• Outdoors Outdoors

State officials declare humanitarian emergency as death toll climbs after flash flooding: 'Many people are still missing'

The government reported at least 50 deaths, but that number rose to more than a hundred by that evening.

The government reported at least 50 deaths, but that number rose to more than a hundred by that evening.

Photo Credit: iStock

Flash floods sparked by heavy seasonal rain in Afghanistan killed hundreds of people in May 2024, the Guardian reported. 

What's happening?

Flash flooding in Afghanistan, driven by torrential rains, killed hundreds of people, leading authorities to call for a state of emergency. On the morning of May 11, the government reported at least 50 deaths, but that number rose to more than 100 by that evening, according to separate reports from the Guardian. Meanwhile, humanitarian organizations reported more than 300 fatalities. Most of the victims lived within the country's Baghlan province

"Many people are still missing," Abdul Mateen Qani, a spokesman for the interior ministry, told Agence France-Presse, per the Guardian.

This latest event follows at least 130 deaths in Afghanistan and neighboring Pakistan in April after the countries were hit with unseasonable precipitation.

Why are these floods concerning?

In addition to the loss of life, thousands of homes were destroyed or damaged in northern Baghlan province, the Guardian reported, citing information from the World Food Program.

Plus, floods bring other dangers. For instance, standing water is the perfect breeding ground for bacteria, viruses, and mold, which can put people at risk for lung disease, according to the American Lung Association. Flooding is also associated with an increased occurrence of mosquito-borne diseases like malaria.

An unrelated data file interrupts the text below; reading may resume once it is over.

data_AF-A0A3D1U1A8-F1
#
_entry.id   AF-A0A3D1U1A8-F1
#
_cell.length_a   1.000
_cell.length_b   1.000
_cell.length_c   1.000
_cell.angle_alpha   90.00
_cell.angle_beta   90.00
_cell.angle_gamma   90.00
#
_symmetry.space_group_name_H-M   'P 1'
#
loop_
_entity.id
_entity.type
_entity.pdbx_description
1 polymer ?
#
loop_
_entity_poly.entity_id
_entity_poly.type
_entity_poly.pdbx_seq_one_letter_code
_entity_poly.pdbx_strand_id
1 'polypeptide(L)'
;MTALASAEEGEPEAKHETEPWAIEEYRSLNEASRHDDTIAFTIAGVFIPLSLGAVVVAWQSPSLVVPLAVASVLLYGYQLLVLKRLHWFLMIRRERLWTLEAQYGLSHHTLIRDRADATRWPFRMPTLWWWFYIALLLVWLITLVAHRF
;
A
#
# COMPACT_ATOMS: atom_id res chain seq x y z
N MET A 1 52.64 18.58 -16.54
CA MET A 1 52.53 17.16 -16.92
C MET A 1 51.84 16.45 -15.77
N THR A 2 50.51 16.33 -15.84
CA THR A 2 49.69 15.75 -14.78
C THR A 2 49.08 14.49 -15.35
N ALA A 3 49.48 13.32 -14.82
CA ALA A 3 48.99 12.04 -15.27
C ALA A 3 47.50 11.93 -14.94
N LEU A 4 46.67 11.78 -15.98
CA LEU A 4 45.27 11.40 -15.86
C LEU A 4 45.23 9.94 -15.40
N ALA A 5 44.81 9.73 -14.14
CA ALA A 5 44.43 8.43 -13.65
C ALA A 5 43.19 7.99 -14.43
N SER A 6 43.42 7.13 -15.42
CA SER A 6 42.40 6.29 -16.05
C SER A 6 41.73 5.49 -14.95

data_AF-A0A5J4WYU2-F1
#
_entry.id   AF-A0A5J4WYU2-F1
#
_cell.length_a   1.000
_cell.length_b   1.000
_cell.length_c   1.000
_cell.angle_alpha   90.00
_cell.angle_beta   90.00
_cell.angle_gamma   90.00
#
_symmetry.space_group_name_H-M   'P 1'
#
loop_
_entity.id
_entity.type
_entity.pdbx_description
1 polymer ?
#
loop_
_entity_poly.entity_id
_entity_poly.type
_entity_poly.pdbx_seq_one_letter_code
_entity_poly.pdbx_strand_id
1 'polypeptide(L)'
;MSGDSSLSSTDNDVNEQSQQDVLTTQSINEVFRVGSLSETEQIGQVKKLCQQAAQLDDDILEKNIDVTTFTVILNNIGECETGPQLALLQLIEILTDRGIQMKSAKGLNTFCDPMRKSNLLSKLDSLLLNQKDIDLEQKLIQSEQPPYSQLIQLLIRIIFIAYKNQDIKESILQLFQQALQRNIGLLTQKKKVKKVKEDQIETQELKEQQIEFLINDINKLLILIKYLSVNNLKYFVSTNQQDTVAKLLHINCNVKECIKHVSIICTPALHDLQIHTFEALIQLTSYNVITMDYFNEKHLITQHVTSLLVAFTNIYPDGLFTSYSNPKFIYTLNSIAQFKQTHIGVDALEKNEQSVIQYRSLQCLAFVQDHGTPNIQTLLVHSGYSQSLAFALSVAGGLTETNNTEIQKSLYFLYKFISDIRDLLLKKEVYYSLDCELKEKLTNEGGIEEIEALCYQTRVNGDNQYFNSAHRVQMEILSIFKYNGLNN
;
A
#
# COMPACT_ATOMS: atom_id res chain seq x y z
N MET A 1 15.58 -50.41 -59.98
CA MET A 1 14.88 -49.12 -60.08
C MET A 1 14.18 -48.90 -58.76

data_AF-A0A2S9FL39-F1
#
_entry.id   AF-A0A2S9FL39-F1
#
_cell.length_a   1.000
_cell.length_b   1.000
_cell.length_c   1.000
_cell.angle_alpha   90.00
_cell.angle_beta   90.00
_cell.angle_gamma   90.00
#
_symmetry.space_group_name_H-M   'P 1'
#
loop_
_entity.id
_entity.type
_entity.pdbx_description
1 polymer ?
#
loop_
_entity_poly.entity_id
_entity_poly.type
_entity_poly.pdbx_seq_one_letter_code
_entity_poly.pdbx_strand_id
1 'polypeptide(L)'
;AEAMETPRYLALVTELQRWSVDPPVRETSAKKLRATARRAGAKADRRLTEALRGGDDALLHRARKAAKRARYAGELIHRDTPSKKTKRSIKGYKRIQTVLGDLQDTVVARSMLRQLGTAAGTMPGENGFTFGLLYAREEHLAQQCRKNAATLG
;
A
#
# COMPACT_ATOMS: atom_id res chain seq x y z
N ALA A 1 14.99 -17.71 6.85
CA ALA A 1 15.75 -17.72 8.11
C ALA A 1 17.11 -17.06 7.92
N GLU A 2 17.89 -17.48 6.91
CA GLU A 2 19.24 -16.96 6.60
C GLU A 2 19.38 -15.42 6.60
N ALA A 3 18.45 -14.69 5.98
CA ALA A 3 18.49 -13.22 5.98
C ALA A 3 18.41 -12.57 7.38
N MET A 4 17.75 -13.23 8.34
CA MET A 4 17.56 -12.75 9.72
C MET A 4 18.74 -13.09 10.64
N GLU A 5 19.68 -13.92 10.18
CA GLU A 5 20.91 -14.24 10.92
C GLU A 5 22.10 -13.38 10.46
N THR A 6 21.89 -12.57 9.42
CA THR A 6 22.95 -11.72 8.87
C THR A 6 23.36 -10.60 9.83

The deluge of floodwaters in Afghanistan throughout April and May also swamped farmland in a country where more than 80% of people depend on agriculture to survive.

While rain and flooding are naturally occurring events, experts agree that rising global temperatures make extreme weather more frequent and intense. Journalist and climate tech investor Molly Wood even described climate change as "steroids" for weather, saying it supercharges natural weather patterns.

What's being done about the floods?

Emergency personnel rushed to rescue injured and stranded people, and the Air Force started evacuation efforts, transferring hundreds of people to hospitals. The country also distributed food, medicine, and first aid to impacted communities, per the Guardian.

Meanwhile, people worldwide are looking for new ways to cope with future floods. For instance, nonprofits in California are helping residents install rain gardens to protect their properties from soggy weather. Plus, some companies have developed floating homes and office buildings to help communities withstand intense storms and flooding.

Join our free newsletter for cool news and cool tips that make it easy to help yourself while helping the planet.

Cool Divider